House Democrats from Albuquerque, facing serious pressure from constituents to address the crime rate in one of America’s most violent cities, say they have a plan to get the job done.
A cadre of 18 Democrats on Thursday signed onto a proposal they plan to turn into legislation early next year, hoping to battle a seemingly chronic wave of violence in New Mexico’s largest city.
Their initiative would provide recruitment and retention money and policies for police officers, grow the state’s behavioral health workforce, and increase penalties for second-degree murder charges.
But it’s likely the package won’t be heard until January’s legislative session, despite Republicans’ calls for a more immediate special session to deal with crime.
Though he cautioned “nothing is off the table,” Tripp Stelnicki, spokesman for Gov. Michelle Lujan Grisham, said the governor has no plans to call a special session on crime this year. The Legislature will meet in special session in the fall to deal with redistricting.
“The 30-day session is only a few short months away and we’re using the time between now and then to identify which proposals have legs and will make a difference, rather than those that are just talking points and empty demands,” Stelnicki said.
He added the governor, who sent nearly three-dozen state police officers to Albuquerque last month to help fight crime, is “enthusiastic” about putting together comprehensive legislation on the topic in January.
Among other initiatives, the governor in August said she plans to call for a $100 million investment to hire 1,000 new police officers in the next few years. She also has said she’d like pretrial detention policies changed to make it tougher for defendants charged with violent crimes to be released before trial.
While New Mexico often has been ranked near or at the bottom of national studies on crime, Albuquerque is generally seen as the hub of violence in the state.
Last year, CBS News rated the city ninth among the top 50 most violent cities in the country. There have been 86 victims of homicide this year in Albuquerque.
Though the Albuquerque Police Department just reported a decrease in property crime and auto theft over the past year, two high-profile crimes in mid-August — the shooting of four city police officers during a robbery and the shooting death of a student at a downtown middle school — led to renewed cries to stop the violence.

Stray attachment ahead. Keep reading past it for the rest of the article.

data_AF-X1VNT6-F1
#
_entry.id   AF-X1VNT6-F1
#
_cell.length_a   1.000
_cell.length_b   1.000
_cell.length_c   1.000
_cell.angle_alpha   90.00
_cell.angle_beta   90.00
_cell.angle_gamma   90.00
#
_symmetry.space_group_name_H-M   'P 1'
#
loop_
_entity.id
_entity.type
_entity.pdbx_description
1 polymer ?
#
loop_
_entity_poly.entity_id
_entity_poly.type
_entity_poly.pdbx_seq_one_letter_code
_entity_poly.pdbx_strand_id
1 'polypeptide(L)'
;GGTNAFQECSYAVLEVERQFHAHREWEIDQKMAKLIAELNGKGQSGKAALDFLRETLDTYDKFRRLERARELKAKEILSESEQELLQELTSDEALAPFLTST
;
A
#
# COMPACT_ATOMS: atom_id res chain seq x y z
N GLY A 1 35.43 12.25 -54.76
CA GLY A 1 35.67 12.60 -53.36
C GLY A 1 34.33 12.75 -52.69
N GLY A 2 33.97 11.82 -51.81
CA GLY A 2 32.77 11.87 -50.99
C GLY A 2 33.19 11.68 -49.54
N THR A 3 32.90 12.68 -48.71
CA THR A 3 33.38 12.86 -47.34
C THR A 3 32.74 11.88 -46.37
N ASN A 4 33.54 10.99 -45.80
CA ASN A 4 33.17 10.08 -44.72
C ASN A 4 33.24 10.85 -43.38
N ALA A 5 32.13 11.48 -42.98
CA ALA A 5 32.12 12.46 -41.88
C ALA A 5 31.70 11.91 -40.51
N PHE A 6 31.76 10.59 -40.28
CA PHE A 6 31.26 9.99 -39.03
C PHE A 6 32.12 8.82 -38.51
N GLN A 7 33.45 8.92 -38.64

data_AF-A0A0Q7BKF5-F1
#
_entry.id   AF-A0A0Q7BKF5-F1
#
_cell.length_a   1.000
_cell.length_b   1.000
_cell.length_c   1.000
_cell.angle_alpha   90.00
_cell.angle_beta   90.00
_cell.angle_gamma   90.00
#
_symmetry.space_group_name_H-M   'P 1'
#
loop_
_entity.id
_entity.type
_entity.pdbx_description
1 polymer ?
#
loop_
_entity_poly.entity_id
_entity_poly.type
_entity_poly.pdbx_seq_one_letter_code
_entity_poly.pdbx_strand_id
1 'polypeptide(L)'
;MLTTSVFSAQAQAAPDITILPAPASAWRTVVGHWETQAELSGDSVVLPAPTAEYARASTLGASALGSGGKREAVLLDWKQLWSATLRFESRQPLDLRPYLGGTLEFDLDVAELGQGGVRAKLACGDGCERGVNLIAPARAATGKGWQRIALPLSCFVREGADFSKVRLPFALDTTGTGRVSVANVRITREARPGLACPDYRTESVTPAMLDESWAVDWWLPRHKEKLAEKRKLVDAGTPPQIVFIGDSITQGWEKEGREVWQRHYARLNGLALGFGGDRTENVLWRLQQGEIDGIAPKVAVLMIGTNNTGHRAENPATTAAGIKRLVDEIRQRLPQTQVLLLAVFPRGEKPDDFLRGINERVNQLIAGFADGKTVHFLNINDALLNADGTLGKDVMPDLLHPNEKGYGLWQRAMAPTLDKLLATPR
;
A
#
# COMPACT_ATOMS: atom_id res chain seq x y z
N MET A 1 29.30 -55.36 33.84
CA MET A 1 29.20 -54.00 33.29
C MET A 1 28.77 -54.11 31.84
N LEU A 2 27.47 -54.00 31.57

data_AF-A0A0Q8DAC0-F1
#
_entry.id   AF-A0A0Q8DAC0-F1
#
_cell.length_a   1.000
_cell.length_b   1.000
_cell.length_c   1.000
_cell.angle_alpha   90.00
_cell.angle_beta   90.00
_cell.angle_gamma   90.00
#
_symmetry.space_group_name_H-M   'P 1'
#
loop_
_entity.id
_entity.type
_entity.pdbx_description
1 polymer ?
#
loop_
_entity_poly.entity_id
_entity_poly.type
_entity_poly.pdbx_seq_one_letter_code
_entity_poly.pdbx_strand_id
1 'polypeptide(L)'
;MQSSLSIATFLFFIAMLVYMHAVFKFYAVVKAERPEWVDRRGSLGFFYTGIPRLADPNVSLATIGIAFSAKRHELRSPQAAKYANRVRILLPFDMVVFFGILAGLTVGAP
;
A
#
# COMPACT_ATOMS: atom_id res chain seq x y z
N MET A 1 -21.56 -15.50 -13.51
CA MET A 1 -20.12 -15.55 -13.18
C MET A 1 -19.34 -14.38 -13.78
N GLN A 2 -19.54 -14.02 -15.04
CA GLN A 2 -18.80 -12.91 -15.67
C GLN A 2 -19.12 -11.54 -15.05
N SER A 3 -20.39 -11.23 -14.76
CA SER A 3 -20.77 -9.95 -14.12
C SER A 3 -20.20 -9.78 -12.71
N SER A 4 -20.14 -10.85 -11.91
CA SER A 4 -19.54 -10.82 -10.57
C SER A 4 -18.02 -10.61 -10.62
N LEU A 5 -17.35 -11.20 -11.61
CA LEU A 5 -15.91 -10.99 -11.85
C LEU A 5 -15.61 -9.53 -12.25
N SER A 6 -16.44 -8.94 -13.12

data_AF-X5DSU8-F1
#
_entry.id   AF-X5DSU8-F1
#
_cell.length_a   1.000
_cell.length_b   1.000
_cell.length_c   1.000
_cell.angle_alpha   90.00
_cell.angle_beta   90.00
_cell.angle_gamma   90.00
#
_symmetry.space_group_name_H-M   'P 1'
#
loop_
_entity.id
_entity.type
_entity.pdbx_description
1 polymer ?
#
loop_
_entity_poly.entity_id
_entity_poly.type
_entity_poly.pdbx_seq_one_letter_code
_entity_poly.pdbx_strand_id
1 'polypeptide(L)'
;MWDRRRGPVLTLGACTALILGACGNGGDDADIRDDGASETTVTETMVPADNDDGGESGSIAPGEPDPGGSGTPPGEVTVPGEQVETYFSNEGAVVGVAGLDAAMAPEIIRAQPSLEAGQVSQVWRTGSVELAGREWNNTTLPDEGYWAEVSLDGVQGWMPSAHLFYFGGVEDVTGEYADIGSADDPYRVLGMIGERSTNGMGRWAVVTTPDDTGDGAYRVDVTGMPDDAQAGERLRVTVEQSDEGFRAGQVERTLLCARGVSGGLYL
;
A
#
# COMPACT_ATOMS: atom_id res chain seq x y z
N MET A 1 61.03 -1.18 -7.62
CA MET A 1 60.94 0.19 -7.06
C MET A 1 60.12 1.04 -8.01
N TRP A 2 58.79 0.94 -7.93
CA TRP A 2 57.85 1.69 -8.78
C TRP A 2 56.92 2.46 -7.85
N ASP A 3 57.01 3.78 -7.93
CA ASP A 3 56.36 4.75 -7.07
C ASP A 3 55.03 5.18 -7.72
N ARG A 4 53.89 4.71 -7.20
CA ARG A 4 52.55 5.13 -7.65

“That’s when it captured everyone’s attention; that’s when I started getting calls,” said Rep. Daymon Ely, D-Corrales, and one of the 18 lawmakers proposing the crime-fighting package.
Ely said his constituents “absolutely” have been asking for him to do something.
Rep. Moe Maestas, D-Albuquerque, said momentum has been building among lawmakers as well.
“We’re part of the community that feels the sorrow and pain our constituents do,” he said.
While it’s nothing new for lawmakers to pitch prospective bills a month or two before legislative sessions, it’s rare for a group to band together more than four months in advance for such a cause.
Maestas said lawmakers want to get the governor’s attention so she and her staff can start looking at the proposal and “make decisions on where we are going.”
Rep. Meredith Dixon, D-Albuquerque and like Maestas one of the 18 who joined the proposal, said there’s little question crime is the key concern in her southeast Albuquerque district.
She said earlier this year she took part in a ride-along with Albuquerque police offices during which she heard “morale is down and they need support with recruitment and retention.”
The proposal comes just days after the state reported an expected $1.4 billion windfall in expected revenue. Maestas said it’s time for lawmakers to start pricing out the proposals.
Asked if crime is going to be an issue for lawmakers to contend with in next year’s general election — when all 70 seats in the House are up for grabs — Maestas said, “Sadly, the rhetoric of last few months has made it a political issue, and I’m sure next fall it will become a political issue again.”
Ely, who is not running for reelection, said: “I think crime will be the first or second issue on everybody’s plate, depending on how COVID goes.” He added it’s too early to say whether that issue could “make or break” one party or the other in that election.
Dixon said she hopes crime doesn’t become a political or “wedge” issue in 2022 election cycle.
But it’s unlikely House Republicans, who have pushed for a number of “tough-on-crime” bills over the years, will not use the issue as leverage. Democrats hold a commanding 45-24 advantage over the GOP, with one independent in the mix.
On Thursday, House Minority Leader Jim Townsend, R-Artesia, sent out an email responding to the Albuquerque Democrats’ proposal.
In it, he wrote: “We hope they are as serious about addressing crime as they have been about coddling criminals throughout our communities. We also hope they start to give law enforcement the credit and respect they deserve. The disregard Democrat legislators have for our officers is simply not conducive to turning things around.”